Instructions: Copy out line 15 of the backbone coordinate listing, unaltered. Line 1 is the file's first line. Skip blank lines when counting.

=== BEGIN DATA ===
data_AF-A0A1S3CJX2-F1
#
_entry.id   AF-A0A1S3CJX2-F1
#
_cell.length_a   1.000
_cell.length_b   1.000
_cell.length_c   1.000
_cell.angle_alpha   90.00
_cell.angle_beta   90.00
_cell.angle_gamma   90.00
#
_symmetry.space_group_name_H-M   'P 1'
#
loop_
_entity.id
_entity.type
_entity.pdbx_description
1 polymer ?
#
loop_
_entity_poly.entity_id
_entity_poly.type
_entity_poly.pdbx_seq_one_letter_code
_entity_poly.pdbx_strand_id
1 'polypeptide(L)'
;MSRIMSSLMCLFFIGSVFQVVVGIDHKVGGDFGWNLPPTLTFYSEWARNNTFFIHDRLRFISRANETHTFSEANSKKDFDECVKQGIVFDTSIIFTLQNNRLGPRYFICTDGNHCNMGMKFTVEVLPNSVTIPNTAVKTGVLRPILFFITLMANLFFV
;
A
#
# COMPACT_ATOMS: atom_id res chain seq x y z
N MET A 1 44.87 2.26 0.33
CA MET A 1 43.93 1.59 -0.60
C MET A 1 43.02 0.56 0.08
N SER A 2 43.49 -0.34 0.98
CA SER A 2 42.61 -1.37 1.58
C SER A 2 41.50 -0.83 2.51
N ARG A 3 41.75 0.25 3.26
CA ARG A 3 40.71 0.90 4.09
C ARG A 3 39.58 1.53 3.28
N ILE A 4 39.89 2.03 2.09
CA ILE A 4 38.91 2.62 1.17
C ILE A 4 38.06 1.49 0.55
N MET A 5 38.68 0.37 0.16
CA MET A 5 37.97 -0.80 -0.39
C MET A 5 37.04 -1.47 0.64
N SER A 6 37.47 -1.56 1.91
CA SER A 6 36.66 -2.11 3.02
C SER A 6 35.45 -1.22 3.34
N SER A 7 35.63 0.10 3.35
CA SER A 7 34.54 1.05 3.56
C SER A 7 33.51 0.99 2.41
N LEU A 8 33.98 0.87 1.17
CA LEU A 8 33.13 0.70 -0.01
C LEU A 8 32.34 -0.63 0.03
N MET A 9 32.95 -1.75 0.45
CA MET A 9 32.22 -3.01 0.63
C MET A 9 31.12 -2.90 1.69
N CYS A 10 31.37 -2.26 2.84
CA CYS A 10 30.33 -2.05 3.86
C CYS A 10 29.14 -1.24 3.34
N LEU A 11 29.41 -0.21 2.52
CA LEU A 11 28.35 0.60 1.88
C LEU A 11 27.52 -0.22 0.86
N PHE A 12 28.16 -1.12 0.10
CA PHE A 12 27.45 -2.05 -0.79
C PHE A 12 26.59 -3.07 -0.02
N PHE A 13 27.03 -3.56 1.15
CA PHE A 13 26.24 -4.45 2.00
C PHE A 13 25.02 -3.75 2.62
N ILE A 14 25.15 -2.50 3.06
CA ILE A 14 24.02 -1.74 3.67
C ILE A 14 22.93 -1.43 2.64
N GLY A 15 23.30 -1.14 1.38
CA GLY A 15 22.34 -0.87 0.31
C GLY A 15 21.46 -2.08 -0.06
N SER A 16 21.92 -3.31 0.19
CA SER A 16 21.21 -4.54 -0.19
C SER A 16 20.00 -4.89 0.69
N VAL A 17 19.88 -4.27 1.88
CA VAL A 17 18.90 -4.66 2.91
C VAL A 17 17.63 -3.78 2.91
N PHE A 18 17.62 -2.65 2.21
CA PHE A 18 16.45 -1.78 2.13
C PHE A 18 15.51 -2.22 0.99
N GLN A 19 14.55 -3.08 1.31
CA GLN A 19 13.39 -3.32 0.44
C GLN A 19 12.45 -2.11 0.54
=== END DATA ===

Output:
_entity.id